De Costa said he was forced to take a lesser-paying job, yet continues to have the same amount of his wages taken for child support, when the amount should have fallen with his wages. He received a letter saying the problem would be cleared up in January, but six months later it remains.
"My caseworker said, 'I can't give you any dates, any promises, any guarantees,' " he said. "I've seen ladies here crying in front of their children with problems going back six years. So I don't consider my problems too great."
The agency is "nowhere near where we want to be," acknowledged Allen Kanno, assistant administrator under Michael Meaney, who is out on military leave for two weeks. "The bottom line is staffing. Twenty new people just make a dent in our problems."
The agency says it needs 130 more employees to match the nation's average of 350 cases per worker. Caseworkers in Hawaii now handle 900 cases each, and the extra 20 people will bring individual loads down to 875.
"Are we getting better? The answer is a definite yes," Kanno said. "People who haven't heard from us in years are starting to hear from us."
Elaine Goodrich-Gandy, the mother of a 19-year-old daughter, has seen the agency's effort to change -- although it required some urging on her part.
"I haven't had any problem since I sent out 11 letters to governors, senators and the agency," said Goodrich-Gandy, who was born and raised in Hawaii and now lives in Seagoville, Texas.
She couldn't reach anyone in the child support agency for six months. Her daughter's support should have continued when she entered college, but was cut. Although her ex-husband's wages were still being garnished, neither he nor his daughter received the money. The state had it.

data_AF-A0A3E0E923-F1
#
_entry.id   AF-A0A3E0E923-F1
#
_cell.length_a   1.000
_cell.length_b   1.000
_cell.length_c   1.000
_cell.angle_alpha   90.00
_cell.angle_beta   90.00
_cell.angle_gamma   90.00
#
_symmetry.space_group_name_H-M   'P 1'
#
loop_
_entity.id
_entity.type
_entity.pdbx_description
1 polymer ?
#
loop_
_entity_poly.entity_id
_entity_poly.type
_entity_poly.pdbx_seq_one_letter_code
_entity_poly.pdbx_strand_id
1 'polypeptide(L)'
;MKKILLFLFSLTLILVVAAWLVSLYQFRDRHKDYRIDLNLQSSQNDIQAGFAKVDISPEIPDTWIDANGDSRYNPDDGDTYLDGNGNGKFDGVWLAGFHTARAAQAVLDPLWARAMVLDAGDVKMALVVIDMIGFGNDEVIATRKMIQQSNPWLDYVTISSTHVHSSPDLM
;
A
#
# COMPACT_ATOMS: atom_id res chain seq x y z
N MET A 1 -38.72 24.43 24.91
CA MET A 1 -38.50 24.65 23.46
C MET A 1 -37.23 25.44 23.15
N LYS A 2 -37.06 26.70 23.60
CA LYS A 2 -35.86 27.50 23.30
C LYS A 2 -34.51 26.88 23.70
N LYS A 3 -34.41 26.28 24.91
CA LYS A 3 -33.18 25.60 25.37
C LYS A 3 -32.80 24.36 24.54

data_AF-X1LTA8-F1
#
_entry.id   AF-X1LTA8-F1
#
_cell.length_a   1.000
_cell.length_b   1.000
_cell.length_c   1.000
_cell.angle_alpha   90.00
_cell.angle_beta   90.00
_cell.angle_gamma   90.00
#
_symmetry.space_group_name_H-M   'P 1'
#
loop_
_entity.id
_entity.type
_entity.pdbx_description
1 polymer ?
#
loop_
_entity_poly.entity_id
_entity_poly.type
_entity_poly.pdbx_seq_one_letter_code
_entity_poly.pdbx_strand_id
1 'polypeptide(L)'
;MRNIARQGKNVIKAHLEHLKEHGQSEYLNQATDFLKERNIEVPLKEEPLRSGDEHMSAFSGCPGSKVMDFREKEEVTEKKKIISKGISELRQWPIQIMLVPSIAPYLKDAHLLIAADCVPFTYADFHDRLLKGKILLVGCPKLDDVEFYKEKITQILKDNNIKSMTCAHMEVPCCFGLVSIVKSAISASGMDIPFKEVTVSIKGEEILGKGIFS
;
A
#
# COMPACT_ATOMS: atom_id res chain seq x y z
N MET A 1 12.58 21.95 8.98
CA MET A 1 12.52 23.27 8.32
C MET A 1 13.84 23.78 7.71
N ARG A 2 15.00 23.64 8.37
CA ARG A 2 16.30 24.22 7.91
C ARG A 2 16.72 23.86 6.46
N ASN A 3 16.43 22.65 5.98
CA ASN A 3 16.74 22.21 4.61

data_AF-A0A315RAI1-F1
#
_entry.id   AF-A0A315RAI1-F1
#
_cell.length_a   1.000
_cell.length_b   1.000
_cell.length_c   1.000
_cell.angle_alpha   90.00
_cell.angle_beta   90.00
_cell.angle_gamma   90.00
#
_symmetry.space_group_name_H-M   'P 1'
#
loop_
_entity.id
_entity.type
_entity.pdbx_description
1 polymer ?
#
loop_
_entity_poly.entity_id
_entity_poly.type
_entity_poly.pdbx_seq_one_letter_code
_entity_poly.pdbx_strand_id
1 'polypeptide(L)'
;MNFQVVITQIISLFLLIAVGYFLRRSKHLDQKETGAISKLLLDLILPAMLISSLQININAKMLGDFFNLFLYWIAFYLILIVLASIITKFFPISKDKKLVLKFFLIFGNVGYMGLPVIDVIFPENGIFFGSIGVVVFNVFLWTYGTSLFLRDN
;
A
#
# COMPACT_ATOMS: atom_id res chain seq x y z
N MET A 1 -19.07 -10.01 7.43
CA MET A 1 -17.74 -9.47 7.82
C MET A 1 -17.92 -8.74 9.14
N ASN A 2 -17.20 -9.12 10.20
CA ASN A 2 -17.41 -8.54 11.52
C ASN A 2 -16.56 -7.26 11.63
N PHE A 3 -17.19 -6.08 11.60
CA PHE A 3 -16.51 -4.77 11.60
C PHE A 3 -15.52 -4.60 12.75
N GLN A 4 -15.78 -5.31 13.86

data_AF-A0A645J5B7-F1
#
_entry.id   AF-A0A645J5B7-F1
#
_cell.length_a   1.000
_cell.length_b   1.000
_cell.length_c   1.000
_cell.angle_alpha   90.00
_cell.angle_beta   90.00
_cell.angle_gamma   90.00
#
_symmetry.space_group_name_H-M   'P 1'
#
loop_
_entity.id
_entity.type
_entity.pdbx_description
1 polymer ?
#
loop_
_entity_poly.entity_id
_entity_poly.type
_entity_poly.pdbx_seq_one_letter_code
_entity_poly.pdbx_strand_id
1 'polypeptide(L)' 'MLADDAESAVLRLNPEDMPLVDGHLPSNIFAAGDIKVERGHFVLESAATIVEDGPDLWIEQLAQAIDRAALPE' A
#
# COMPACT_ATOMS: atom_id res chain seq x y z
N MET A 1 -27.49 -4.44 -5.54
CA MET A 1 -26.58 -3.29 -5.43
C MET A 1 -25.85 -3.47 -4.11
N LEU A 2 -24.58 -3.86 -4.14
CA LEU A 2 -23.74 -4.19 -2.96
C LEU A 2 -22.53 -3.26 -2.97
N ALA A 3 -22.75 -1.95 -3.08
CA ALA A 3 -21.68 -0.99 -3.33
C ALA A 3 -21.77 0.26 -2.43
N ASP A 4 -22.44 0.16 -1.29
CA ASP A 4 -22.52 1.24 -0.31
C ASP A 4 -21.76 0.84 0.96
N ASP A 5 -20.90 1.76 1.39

"Once I got an agency investigator on the phone he told me I got stuck in the loop because I didn't have a caseworker," she said. "I faxed the stuff and they cut me a check the next day."
Lee Muller of Honolulu said the state also resolved his problem. The state kept garnishing his income tax returns for his son, even though his son lived with him.
"I had to go down there and wait for three hours," Muller said. "They told me I owed money for my youngest, who has now graduated high school. The workers were really nice. They seem to have taken care of it."
SINCE the federal government bulked up its child support funding and laws, states have had more power to go after parents who don't pay. Deadbeat parents account for about 80 percent of all child support cases nationally, Kanno said. The state's rate is slightly lower than that, about 70 percent in 1995, the most recent figure given by the agency.
Hawaii soon will be able to tap into the bank accounts of deadbeat parents. The state already has the power to take away drivers licenses and professional licenses -- for doctors, lawyers and contractors -- from people who don't pay child support.
The reality is the agency will never collect from all parents who owe, Kanno said.
"There are two kinds of parents: those who can pay and those who can't. We are trying to go after those who can pay but don't," he said.
In addition to collecting more money from parents who owe, the state wants to make sure parents who need the support get payments on time. The law defines on time as two business days.
The agency is aiming for a 99 percent timely payment rate by the end of the year, said agency spokesman Bob Norton.
"If one or two people don't get their check on time, they howl and they should because it's their children," he said. "But it's not the whole system."